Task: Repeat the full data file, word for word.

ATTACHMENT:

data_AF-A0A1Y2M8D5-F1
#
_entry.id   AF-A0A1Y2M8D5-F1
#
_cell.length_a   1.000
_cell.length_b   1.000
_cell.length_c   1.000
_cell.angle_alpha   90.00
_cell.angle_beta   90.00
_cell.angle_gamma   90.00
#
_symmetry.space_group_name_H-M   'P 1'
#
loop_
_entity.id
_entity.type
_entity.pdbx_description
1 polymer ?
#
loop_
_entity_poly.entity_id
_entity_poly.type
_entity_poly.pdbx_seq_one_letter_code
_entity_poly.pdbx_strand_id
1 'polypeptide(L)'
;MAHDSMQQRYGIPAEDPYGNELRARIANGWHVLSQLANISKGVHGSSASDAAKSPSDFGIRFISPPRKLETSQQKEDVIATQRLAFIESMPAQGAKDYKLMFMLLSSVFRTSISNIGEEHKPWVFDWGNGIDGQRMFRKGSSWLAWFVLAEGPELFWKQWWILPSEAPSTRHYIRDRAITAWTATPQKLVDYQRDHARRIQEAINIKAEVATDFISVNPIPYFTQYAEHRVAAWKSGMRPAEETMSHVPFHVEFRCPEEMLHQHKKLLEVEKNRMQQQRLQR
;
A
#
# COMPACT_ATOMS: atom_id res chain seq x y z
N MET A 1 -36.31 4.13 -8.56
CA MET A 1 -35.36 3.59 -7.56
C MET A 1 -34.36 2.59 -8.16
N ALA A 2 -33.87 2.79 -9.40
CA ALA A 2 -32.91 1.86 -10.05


data_AF-A0A1Y2M8D5-F1
#
_entry.id   AF-A0A1Y2M8D5-F1
#
_cell.length_a   1.000
_cell.length_b   1.000
_cell.length_c   1.000
_cell.angle_alpha   90.00
_cell.angle_beta   90.00
_cell.angle_gamma   90.00
#
_symmetry.space_group_name_H-M   'P 1'
#
loop_
_entity.id
_entity.type
_entity.pdbx_description
1 polymer ?
#
loop_
_entity_poly.entity_id
_entity_poly.type
_entity_poly.pdbx_seq_one_letter_code
_entity_poly.pdbx_strand_id
1 'polypeptide(L)'
;MAHDSMQQRYGIPAEDPYGNELRARIANGWHVLSQLANISKGVHGSSASDAAKSPSDFGIRFISPPRKLETSQQKEDVIATQRLAFIESMPAQGAKDYKLMFMLLSSVFRTSISNIGEEHKPWVFDWGNGIDGQRMFRKGSSWLAWFVLAEGPELFWKQWWILPSEAPSTRHYIRDRAITAWTATPQKLVDYQRDHARRIQEAINIKAEVATDFISVNPIPYFTQYAEHRVAAWKSGMRPAEETMSHVPFHVEFRCPEEMLHQHKKLLEVEKNRMQQQRLQR
;
A
#
# COMPACT_ATOMS: atom_id res chain seq x y z
N MET A 1 -36.31 4.13 -8.56
CA MET A 1 -35.36 3.59 -7.56
C MET A 1 -34.36 2.59 -8.16
N ALA A 2 -33.87 2.79 -9.40
CA ALA A 2 -32.91 1.86 -10.05